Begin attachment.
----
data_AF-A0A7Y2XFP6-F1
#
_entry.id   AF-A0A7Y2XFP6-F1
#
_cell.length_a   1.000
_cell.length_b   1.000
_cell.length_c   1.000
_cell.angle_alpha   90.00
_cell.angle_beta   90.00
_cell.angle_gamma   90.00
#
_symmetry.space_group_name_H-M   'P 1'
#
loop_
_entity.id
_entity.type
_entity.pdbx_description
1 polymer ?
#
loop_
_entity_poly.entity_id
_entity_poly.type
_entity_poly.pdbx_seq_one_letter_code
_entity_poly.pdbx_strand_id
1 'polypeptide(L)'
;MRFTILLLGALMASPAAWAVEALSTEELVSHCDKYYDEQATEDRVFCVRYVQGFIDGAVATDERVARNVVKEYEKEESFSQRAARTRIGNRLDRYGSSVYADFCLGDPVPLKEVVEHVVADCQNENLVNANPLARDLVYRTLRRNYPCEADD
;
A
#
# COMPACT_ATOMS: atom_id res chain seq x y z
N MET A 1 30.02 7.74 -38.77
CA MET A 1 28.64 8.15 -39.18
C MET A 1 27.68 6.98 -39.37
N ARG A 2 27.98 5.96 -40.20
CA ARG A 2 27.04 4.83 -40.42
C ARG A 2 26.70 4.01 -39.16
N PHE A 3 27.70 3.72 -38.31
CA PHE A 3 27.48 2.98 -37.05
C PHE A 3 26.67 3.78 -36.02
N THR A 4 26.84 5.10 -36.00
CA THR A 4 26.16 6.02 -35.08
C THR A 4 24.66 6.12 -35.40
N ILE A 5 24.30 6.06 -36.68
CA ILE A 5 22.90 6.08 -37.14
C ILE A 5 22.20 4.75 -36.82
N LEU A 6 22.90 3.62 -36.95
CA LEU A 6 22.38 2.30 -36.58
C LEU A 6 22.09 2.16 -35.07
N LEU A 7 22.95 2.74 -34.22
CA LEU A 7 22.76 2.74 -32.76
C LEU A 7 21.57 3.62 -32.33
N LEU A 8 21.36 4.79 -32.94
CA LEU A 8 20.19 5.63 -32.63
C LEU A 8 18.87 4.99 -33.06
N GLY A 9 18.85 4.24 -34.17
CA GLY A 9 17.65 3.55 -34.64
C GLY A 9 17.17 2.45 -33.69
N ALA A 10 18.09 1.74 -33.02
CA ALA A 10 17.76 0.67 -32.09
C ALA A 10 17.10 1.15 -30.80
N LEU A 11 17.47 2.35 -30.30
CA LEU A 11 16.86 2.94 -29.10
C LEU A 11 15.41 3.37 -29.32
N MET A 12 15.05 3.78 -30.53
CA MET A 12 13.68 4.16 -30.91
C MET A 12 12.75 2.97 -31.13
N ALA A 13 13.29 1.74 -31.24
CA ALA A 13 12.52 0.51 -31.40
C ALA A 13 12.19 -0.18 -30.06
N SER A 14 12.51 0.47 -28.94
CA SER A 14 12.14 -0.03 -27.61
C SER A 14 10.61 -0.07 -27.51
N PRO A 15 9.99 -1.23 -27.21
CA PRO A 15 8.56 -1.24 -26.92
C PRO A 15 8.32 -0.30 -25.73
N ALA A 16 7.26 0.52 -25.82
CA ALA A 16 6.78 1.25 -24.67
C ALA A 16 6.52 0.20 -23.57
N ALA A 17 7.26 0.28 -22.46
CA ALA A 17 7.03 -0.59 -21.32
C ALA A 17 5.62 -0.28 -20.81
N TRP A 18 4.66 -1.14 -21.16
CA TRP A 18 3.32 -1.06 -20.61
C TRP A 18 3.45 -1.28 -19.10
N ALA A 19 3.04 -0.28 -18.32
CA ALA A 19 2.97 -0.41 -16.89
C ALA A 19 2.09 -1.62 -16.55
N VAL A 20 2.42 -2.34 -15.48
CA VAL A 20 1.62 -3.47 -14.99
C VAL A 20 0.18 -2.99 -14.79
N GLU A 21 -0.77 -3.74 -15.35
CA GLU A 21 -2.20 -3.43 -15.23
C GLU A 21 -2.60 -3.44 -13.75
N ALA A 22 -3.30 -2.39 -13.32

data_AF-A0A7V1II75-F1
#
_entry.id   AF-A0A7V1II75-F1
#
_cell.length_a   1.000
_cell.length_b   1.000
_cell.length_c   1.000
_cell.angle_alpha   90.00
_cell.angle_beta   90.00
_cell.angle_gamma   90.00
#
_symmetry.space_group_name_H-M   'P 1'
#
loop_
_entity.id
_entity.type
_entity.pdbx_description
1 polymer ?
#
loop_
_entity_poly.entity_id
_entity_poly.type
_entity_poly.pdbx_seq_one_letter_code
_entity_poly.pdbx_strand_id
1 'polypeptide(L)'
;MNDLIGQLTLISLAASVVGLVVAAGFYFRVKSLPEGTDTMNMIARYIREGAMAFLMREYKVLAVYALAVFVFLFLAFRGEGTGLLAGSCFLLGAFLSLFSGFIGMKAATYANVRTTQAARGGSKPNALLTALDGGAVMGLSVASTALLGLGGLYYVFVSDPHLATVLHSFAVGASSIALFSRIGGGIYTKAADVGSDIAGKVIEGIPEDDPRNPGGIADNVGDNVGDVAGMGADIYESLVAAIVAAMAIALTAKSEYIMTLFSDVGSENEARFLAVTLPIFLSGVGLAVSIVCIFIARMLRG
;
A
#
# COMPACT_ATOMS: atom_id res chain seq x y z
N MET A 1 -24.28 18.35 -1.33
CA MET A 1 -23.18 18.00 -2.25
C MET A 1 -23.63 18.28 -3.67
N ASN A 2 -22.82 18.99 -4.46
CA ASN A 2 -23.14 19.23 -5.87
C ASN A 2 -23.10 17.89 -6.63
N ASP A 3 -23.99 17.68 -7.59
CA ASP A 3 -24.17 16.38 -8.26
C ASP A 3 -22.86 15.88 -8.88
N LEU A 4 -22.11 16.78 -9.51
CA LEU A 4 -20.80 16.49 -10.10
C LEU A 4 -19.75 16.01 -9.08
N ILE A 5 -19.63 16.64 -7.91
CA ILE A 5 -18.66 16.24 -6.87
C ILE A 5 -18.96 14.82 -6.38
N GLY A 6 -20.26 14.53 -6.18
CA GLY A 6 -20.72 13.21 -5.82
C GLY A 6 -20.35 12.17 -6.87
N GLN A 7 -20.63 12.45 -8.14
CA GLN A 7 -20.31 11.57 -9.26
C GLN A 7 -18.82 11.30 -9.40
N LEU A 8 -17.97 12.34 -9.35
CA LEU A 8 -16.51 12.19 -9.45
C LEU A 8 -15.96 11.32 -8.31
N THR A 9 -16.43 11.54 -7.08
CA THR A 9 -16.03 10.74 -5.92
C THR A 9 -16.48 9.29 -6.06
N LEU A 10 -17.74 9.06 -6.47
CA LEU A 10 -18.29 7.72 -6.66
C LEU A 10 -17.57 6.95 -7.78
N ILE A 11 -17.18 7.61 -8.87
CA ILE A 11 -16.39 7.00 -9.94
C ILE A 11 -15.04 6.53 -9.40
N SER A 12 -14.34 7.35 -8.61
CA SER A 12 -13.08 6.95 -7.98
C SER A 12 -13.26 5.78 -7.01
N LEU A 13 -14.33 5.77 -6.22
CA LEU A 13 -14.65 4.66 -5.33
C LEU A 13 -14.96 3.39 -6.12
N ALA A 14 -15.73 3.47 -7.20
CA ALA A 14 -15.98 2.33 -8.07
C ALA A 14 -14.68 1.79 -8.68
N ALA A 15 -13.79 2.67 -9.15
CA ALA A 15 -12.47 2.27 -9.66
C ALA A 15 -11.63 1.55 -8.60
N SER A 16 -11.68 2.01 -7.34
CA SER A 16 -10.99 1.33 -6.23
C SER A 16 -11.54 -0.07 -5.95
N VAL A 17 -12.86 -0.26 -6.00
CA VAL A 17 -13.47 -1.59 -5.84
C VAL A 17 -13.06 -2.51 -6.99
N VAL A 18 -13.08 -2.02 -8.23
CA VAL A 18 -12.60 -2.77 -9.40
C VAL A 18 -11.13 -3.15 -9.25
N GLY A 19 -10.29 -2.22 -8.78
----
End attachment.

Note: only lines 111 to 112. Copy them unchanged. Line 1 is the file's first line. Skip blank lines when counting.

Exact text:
_entity.pdbx_description
1 polymer ?